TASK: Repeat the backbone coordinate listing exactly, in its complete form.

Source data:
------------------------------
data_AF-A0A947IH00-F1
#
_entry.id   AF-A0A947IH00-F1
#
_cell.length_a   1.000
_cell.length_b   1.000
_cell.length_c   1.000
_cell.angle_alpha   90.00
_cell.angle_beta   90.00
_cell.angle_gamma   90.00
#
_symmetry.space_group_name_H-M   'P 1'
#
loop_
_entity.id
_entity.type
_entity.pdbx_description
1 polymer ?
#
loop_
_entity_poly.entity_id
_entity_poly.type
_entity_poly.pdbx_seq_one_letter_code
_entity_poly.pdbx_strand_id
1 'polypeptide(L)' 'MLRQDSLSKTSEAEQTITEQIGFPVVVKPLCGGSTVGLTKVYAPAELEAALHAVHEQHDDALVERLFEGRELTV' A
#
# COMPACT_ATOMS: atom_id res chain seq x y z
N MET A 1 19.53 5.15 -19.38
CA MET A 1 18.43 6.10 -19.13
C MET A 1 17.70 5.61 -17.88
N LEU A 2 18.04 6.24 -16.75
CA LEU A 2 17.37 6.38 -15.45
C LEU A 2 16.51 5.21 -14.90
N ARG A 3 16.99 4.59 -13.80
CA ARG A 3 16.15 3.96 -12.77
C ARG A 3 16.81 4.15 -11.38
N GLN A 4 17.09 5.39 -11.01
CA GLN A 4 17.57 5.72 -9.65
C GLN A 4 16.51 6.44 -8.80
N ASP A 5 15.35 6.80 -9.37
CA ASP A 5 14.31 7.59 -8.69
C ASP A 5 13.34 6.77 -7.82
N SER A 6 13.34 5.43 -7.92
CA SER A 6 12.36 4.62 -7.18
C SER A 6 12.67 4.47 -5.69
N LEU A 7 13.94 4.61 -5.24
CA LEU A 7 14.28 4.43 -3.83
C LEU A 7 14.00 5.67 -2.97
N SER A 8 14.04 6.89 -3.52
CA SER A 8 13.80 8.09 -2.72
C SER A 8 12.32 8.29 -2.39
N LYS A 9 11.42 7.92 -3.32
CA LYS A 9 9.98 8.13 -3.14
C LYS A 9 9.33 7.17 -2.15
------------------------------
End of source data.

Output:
data_AF-A0A947IH00-F1
#
_entry.id   AF-A0A947IH00-F1
#
_cell.length_a   1.000
_cell.length_b   1.000
_cell.length_c   1.000
_cell.angle_alpha   90.00
_cell.angle_beta   90.00
_cell.angle_gamma   90.00
#
_symmetry.space_group_name_H-M   'P 1'
#
loop_
_entity.id
_entity.type
_entity.pdbx_description
1 polymer ?
#
loop_
_entity_poly.entity_id
_entity_poly.type
_entity_poly.pdbx_seq_one_letter_code
_entity_poly.pdbx_strand_id
1 'polypeptide(L)' 'MLRQDSLSKTSEAEQTITEQIGFPVVVKPLCGGSTVGLTKVYAPAELEAALHAVHEQHDDALVERLFEGRELTV' A
#
# COMPACT_ATOMS: atom_id res chain seq x y z
N MET A 1 19.53 5.15 -19.38
CA MET A 1 18.43 6.10 -19.13
C MET A 1 17.70 5.61 -17.88
N LEU A 2 18.04 6.24 -16.75
CA LEU A 2 17.37 6.38 -15.45
C LEU A 2 16.51 5.21 -14.90
N ARG A 3 16.99 4.59 -13.80
CA ARG A 3 16.15 3.96 -12.77
C ARG A 3 16.81 4.15 -11.38
N GLN A 4 17.09 5.39 -11.01
CA GLN A 4 17.57 5.72 -9.65
C GLN A 4 16.51 6.44 -8.80
N ASP A 5 15.35 6.80 -9.37
CA ASP A 5 14.31 7.59 -8.69
C ASP A 5 13.34 6.77 -7.82
N SER A 6 13.34 5.43 -7.92
CA SER A 6 12.36 4.62 -7.18
C SER A 6 12.67 4.47 -5.69
N LEU A 7 13.94 4.61 -5.24
CA LEU A 7 14.28 4.43 -3.83
C LEU A 7 14.00 5.67 -2.97
N SER A 8 14.04 6.89 -3.52
CA SER A 8 13.80 8.09 -2.72
C SER A 8 12.32 8.29 -2.39
N LYS A 9 11.42 7.92 -3.32
CA LYS A 9 9.98 8.13 -3.14
C LYS A 9 9.33 7.17 -2.15